Yesterday I met Ray Charles in Albany, Georgia. He was in a good mood. I was, too. I waved at him. He didn’t wave back.
I met him when I was walking on Front Street. I was bundled in my jacket, it was cold outside, and I heard music in the distance, reverberating across the smooth surface of the Flint River.
I followed the music until I found him.
Ray’s life-sized bronze statue stands downtown. He is depicted behind a baby grand, perpetually leaning his right shoulder into the downbeat. He wears a bowtie and Ray-Ban Wayfarer shades.
The all-weather sound system played Ray’s “The Spirit of Christmas” while a waterfall spilled beneath him.
I was close enough to touch the hem of his tuxedo.
I sat on a “piano-key” bench and listened. The next song was “Oh What a Beautiful Morning.” The Count Basie Orchestra was kicking harder than a government mule, and Brother Ray never sounded so good.
I am a lifelong Ray Charles fanatic. When I was six years old, my father gave me the album “Modern Sounds in Country & Western Music” and I listened to Ray sing “You Win Again” until the record warped from overuse.
At which point my father bought a replacement album. I wore that one out, too.
I learned to play piano at age nine when my old man bought a cheap spinet from the classified section of the newspaper. For my birthday he placed the waterlogged piano in our basement, next to the water heater. My mother made a cake with chocolate piano keys on it.
Daddy refused to pay for lessons because my father was a hick whose philosophy was, if the kid is meant to play the piano, he will. I was potty trained under the same system.
So I listened to Ray Charles records. The first piano tune I ever learned was “Hit the Road Jack.” The lefthanded bassline took me an afternoon to get right.
And when I first played the song for my father, he radiated with paternal pride such as had never been seen in my house.
He gathered all his buddies into the basement to watch his kid play. Many of these were blue-collar men who joyously sipped from aluminum cans and sang along.
I played the song so many times that my left hand went numb. After that night, the piano forever smelled like beer.
Ray Charles Robinson was born in Albany, but he didn’t grow up here. He grew up in Greenville, Florida. Some Georgians will fight you with a razor blade if you tell them Ray was not a Georgia kid, but they’re just jealous.
Ray only lived in the Peach State for the first month of his infancy before his mother carried him a few miles over the line into the Orange Juice State. Ray was a Florida boy.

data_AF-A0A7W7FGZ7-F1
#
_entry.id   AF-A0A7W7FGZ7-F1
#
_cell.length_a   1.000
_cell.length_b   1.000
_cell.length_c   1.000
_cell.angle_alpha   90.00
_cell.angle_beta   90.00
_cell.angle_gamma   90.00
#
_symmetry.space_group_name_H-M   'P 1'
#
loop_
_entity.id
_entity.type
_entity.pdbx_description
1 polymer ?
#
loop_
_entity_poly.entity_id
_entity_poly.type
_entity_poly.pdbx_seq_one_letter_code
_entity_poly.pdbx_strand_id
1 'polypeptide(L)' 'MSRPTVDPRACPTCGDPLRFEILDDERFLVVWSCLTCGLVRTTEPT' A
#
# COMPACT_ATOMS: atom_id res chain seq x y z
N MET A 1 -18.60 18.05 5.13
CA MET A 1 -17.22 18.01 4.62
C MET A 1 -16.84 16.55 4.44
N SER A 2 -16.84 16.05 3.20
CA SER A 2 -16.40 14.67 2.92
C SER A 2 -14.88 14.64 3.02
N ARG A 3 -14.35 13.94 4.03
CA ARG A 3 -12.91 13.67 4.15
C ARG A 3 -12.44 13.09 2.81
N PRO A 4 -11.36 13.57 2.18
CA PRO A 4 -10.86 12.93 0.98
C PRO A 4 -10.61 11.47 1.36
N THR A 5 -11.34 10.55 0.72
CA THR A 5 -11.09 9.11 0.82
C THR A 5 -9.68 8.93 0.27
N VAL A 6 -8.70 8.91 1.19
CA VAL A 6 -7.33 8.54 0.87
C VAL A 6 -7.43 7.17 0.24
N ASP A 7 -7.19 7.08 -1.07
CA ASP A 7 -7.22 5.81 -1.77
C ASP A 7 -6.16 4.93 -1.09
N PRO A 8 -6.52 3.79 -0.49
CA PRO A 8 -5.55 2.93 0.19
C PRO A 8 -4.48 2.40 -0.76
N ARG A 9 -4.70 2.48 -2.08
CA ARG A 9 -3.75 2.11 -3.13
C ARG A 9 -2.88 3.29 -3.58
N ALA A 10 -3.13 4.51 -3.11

He first learned to play the old eighty-eight at age seven in the sticks of Madison County. He was taught keyboard fundamentals by a man who owned the Red Wing Café; a wooden plank building that was a combination general store, beer joint, and a place to buy pig’s-foot sandwich.
Against the rear wall of the Red Wing, stood an out-of-tune upright, damp from the Floridian humidity.
On Saturday nights, when the Red Wing was thumping, you could push your way into the crowded store, past a haze of cigarette smoke and close-dancers, and in the corner you might have seen a child toying with the instrument. His feet barely touched the pedals.
“I was born with music inside me,” Ray once said. “Like my ribs, my liver, my kidneys, my heart.”
As it happens, I saw Ray Charles once when I was driving through New Orleans as a teenager. I was with friends, piled into the cab of my ugly Ford. I was at a stoplight, fiddling with the radio when I heard the hiss of air brakes beside me.
I glanced out my window to see “RAY CHARLES” emblazoned on the side of a fifty-foot purple coach in bold white lettering.
I saw a lone figure seated behind the open bus window, wearing Wayfarers. He had a slight build, with cropped silver hair. And I totally lost it.
In my moment of excitement, I did something my friends will never let me live down. I cranked down my window and I waved to Ray Charles.
His bus pulled away and I suddenly realized what I was doing while my friends howled with laughter.
Still, even after all these years I’m not sorry I waved to a blind man. Because the strange thing is, I had this overwhelming urge to explain myself to Ray. I wanted him to know what his music meant to me.
I wanted to tell him about how an ironworking blue-collar man once bought his nine-year-old a junk piano, and how this man’s son sloppily learned the basics of an instrument simply by listening to a Ray Charles forty-five, played at half speed.
After spending half an hour at the statue in Albany, I rose and began heading back to my hotel. I was about a hundred yards away when I heard the familiar intro to “Hit the Road Jack” begin to play.
“I hear you, Daddy,” I said to the sky.
So I waved to him, too.